• Colin Burke
    August 26, 2013 - 09:14

    Mr. Power, I am not concerned to deny any fact you state, nor do I believe that you can show I have done so. (I quite believe you are entirely honest regarding mere facts; it is your judgement that I don't trust so implicitly.) I am concerned only with trying to get you to show how the facts you cite support your conclusions, for I doubt very much that science unaided by human judgement has found that Christianity is a myth. Indeed it seems to me that men mostly dismissed "other myths" as false chiefly because they accepted Christianity as true and Christianity said these myths were false. Have you not learned from Aristotle how conclusions are drawn by stating major and minor premises in the right order? That is what I invite you to do. Scientific facts are not themselves conclusions, but only evidence from which one may draw conclusions whenone has the intelligence to think about them logically. I do not believe that science unaffected by human judgement discovered as a plain observable fact that there are no underlying realities (substances) in which accidents reside; I believe that to be a judgement by scientists who were interested in having science confirm their pre-existing dogmatic materialism. I think it likely that those who believe that dogma are the ones most interested in practicing empirical science and therefore likely to have gained most influence over the teaching of science so as to "confirm" their dogma in the minds of most aspiring scientists. (That paranoia, of which I can expect next to be accused, is often an accurate diagnosis does not quite establish firmly that no sane person is ever deceitful or deceived.)

  • Ed Power
    August 26, 2013 - 01:48

    How, Mr. Burke, are we who live in the reality based world not applying "scientific principles" to any comments that we post? Just because you are unable - or as is more likely, unwilling - to understand basic science doesn't negate the facts presented. That you choose to rely on the mythology of illiterate Bronze Age goatherds, as interpreted by men who have a vested interest in maintaining the financial, educational and spiritual domination - and exploitation - of the population to justify their own existence doesn't turn fantasy into reality. The ancient philosophers used the best knowledge that they had available to them at that time to attempt to explain the world around them. Some theories and observations were correct, some were fatally flawed. For most of the past two millennia scientists, philosophers and clerics believed the Earth to be the centre of the universe. The Greeks, most likely Rhodian scholars inspired by Archimedes, designed and built the worlds first computer - the Antikythera Device. It was an intricate machine that could accurately chart the movements of the known planets in accordance with the Ptolemaic (geocentric) model in use at the time, including the retrograde movements of planets back and forth across the sky. Once the date was set , a simple turn of the handle would turn the gear trains which drove the various displays to calculate moon phases, lunar and solar eclipses, planetary movements and other astronomical information. It was a highly sophisticated, intelligently designed and exactingly built computer, but it operated from a flawed premise - that the planets and stars revolved around the sun. The genius in the design allowed it to display the movements of the heavens as seen from earth, but no amount of mechanical design and sophistication could correct it's basic flaw. (I suggest you read the fascinating book "Decoding the Heavens: A 2000- Year Old Computer and the Century Long Search to Discover Its Secrets" (2008) by Jo Marchant for the full story of this incredible device.) So, as brilliant as men like Archimedes, Aristotle, and their contemporary counterparts were, they didn't have the tools available that they needed to fully understand the world and the universe around them. Thales, Anaximander, Hipparchus and Pythagoras all made accurate observations about the Earth and heavens. Aristarchus stated - 1750 years before Copernicus - that the sun was the centre of the solar system. Brilliant men, all of them. None of whom, I am quite sure, would use their intellect, "philosophical insights" and reasoning to support the idea that mythology and fables equate with facts and reality. You do those men a great disservice, sir. As the great Roman philosopher and humourist Lucius Seneca said, "Religion is regarded by the common people as true, by the wise as false, and by rulers as useful."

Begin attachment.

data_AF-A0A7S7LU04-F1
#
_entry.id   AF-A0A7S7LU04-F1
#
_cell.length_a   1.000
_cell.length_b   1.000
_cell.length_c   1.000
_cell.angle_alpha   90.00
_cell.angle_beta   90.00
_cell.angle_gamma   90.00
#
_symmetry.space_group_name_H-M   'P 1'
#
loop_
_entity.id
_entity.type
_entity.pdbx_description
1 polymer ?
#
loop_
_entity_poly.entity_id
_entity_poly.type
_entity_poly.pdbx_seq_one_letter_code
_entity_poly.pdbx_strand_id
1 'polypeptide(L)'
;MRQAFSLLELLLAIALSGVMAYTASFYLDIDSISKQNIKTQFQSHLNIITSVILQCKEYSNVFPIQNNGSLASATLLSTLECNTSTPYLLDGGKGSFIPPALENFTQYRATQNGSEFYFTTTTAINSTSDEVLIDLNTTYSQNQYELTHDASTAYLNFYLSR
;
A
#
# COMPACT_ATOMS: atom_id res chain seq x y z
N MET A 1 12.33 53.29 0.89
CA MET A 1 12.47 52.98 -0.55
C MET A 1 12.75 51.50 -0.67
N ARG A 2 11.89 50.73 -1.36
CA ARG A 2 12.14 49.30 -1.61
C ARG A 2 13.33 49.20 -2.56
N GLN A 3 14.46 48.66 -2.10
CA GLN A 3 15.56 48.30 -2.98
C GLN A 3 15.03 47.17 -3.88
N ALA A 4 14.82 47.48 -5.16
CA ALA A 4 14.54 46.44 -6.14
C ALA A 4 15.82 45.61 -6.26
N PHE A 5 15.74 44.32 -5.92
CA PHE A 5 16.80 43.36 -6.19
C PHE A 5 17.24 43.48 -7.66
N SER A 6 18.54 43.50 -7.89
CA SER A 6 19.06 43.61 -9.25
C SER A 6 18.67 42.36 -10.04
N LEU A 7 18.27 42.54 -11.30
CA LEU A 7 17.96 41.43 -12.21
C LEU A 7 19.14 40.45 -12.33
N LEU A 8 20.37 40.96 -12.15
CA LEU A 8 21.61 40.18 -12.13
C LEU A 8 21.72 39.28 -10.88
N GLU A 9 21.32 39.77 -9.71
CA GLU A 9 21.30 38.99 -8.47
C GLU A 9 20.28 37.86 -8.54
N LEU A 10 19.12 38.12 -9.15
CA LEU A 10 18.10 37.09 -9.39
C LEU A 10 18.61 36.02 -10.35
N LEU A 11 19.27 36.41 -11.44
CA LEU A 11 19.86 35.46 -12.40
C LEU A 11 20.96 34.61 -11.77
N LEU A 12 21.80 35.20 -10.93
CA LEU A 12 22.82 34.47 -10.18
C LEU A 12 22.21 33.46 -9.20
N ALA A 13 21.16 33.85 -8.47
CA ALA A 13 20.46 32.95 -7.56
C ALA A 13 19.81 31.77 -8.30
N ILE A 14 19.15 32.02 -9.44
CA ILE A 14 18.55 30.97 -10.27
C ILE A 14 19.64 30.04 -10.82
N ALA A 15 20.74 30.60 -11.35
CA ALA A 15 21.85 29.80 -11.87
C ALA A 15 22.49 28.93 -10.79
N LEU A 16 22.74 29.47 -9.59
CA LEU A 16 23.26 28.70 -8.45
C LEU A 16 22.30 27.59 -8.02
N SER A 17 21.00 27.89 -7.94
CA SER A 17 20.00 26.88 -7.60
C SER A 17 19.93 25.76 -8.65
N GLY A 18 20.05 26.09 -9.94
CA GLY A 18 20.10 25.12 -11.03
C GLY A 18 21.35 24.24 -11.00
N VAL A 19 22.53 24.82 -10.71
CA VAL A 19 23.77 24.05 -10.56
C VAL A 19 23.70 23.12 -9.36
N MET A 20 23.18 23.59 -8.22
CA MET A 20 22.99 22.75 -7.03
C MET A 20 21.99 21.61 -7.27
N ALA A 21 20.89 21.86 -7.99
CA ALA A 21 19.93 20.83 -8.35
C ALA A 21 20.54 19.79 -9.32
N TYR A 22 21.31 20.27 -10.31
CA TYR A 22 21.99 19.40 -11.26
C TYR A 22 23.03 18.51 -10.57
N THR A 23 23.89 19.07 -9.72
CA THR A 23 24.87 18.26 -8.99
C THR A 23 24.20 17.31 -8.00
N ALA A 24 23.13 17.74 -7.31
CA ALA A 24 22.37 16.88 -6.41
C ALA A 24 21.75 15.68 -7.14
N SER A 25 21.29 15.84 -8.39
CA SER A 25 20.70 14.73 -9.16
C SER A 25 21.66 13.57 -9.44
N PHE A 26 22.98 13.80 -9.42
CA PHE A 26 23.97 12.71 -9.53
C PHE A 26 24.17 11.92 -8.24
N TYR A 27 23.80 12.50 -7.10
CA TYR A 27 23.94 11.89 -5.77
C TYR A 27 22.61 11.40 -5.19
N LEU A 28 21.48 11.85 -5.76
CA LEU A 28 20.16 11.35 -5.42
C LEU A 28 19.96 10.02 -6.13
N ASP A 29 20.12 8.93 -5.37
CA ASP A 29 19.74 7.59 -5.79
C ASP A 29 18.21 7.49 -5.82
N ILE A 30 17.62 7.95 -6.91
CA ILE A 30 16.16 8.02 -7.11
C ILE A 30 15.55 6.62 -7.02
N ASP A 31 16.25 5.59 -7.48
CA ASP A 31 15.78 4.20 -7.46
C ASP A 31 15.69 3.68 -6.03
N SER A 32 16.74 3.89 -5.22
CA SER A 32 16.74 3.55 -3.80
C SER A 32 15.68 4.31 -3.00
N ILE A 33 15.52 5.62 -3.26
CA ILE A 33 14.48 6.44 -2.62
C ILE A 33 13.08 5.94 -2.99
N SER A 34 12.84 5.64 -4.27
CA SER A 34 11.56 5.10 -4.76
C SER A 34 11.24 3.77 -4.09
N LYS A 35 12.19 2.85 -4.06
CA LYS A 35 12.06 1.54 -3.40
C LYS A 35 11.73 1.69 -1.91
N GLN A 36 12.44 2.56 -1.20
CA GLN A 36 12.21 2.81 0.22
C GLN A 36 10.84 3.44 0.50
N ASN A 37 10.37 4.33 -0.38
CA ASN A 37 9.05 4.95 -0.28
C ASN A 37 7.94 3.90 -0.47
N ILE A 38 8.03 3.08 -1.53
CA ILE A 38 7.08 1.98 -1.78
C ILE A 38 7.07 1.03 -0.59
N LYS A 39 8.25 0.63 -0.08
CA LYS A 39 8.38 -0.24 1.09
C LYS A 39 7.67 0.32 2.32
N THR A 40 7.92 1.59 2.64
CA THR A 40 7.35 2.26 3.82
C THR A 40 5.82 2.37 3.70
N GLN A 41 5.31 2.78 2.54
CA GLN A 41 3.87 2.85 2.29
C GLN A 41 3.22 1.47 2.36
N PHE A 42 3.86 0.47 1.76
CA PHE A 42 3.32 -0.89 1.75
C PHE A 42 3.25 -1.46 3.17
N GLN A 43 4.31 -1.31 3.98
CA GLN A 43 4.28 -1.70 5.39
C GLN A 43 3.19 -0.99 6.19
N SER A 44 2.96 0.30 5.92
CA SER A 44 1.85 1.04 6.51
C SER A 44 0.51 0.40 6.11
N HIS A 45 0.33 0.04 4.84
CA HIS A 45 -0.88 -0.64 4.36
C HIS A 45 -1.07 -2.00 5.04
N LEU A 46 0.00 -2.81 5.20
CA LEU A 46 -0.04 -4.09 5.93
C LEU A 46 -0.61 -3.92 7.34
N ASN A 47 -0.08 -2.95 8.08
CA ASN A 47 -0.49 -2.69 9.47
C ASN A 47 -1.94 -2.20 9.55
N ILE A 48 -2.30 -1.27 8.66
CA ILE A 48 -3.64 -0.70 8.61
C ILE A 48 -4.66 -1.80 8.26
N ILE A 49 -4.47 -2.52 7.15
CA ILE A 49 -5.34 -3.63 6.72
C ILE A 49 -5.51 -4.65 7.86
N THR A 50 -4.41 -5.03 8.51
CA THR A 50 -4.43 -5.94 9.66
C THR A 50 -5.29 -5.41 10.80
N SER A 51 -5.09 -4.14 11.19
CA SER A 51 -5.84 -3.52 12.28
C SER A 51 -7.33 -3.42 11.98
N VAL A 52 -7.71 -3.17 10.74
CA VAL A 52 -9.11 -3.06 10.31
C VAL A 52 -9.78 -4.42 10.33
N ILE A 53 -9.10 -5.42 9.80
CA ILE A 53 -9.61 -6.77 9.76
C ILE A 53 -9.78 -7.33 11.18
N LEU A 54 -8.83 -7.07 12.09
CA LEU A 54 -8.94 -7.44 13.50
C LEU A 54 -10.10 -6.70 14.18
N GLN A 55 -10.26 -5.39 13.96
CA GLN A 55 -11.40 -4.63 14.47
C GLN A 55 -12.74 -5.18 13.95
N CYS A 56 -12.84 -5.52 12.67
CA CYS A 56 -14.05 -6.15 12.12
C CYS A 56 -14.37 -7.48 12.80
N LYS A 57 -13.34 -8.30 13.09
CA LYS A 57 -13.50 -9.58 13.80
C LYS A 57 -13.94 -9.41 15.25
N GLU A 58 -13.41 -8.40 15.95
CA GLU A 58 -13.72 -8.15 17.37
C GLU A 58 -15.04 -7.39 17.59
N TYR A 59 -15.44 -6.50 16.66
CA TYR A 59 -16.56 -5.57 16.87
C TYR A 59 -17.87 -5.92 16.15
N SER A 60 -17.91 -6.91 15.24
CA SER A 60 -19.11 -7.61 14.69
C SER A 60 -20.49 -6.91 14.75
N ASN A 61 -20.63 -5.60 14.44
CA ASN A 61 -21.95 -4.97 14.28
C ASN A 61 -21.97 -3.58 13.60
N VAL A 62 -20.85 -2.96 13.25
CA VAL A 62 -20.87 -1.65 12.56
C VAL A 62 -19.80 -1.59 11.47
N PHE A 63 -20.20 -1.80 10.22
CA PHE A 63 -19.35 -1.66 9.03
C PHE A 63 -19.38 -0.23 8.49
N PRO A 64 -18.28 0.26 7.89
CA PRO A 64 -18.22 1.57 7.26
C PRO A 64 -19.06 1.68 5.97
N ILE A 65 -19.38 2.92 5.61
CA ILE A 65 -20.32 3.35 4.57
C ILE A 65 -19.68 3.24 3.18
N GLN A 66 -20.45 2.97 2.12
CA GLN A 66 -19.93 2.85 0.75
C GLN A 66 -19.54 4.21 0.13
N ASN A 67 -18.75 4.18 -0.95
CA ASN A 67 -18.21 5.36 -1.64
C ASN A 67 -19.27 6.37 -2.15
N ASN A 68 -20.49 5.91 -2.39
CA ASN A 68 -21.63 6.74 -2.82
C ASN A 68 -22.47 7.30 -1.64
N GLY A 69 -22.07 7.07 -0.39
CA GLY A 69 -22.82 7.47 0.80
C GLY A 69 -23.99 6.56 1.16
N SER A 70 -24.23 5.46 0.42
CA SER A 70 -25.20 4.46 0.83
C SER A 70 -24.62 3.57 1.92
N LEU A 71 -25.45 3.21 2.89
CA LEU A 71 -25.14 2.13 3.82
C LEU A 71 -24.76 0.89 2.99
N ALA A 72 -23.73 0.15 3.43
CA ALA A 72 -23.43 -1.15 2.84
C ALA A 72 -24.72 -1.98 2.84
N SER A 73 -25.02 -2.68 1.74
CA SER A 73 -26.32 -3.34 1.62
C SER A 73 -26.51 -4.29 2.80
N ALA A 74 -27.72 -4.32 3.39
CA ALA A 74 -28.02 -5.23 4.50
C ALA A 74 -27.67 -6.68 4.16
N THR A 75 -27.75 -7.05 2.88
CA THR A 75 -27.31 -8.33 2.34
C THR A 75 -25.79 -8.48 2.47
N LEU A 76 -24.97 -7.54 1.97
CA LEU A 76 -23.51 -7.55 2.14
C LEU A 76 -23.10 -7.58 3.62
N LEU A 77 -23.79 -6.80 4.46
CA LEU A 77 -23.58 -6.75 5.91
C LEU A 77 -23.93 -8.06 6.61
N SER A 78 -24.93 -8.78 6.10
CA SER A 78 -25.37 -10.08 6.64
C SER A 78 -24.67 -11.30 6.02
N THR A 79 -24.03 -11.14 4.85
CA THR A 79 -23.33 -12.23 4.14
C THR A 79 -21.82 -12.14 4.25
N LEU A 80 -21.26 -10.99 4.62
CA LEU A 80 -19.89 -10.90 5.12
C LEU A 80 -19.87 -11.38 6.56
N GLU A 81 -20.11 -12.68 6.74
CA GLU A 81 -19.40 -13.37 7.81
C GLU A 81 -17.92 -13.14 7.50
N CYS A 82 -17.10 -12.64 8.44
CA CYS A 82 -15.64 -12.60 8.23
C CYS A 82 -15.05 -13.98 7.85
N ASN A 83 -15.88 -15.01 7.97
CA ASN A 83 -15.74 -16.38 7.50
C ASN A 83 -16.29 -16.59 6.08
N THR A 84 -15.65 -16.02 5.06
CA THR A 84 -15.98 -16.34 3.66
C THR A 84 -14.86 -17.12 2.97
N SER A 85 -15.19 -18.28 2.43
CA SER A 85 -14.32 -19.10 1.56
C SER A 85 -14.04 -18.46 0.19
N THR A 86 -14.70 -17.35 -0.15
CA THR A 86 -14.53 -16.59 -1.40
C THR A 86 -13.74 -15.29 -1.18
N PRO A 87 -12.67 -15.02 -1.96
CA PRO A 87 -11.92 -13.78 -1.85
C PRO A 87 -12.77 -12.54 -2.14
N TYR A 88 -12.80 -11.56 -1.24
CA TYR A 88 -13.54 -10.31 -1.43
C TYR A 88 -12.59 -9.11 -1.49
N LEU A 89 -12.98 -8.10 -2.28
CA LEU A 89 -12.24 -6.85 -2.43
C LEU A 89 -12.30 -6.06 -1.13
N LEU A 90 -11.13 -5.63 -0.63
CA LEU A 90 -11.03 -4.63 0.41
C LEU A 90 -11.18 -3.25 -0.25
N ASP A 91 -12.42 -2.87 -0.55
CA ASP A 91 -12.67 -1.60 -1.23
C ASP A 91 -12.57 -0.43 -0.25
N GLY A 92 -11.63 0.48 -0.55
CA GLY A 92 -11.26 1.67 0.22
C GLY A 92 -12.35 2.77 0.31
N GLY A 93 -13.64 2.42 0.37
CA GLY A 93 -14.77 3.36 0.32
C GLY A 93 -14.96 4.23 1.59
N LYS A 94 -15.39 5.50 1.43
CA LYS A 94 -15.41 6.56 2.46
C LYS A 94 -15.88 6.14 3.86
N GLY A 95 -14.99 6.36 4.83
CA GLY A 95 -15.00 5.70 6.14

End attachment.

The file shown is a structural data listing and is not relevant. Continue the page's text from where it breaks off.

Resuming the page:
• Colin Burke
    August 24, 2013 - 19:49

    Frank Tock, I believe the tone I used is quite appropriate for describing my own dismal and deplorable lack of scientific knowledge. I ought never to apply it to the actual abundance of scientific knowledge which you and Mr. Power obviously possess despite your apparently being unable to apply its principles -- I have lived nearly 70 years in regrettable ignorance of its details -- to a valid rebuttal of philosophical insights and reasoning.

  • Frank Tock
    August 24, 2013 - 11:37

    Mr. Burke, it is evident that the disdainful and sarcastic tone you use to describe your lack of scientific knowledge is probably why you're holed up in some forgotten part of the world engaged in a rather quaint defence of superstition and magic using vacuous philosophical notions... meanwhile the pioneers dedicated to expanding the knowledge of mankind are busy plumbing the depths of the universe at forefronts of scientific research such a CERN, LLNL, and the MPI. On a related note... ironically enough... the means you're using to belittle science in your defense of superstition and magic, i.e. your computer, is a micro-electronic system whose semi-conductors are a direct result of the application of quantum theory, or the study of those "mostly theoretical little thingies".

  • Colin Burke
    August 24, 2013 - 10:39

    An after-thought, Mr. Power: Maybe I'm too dense for words, but is it not a point of your argument that there is no need for "trans"substantiation since blood and wine are basically the same after all?

  • Colin Burke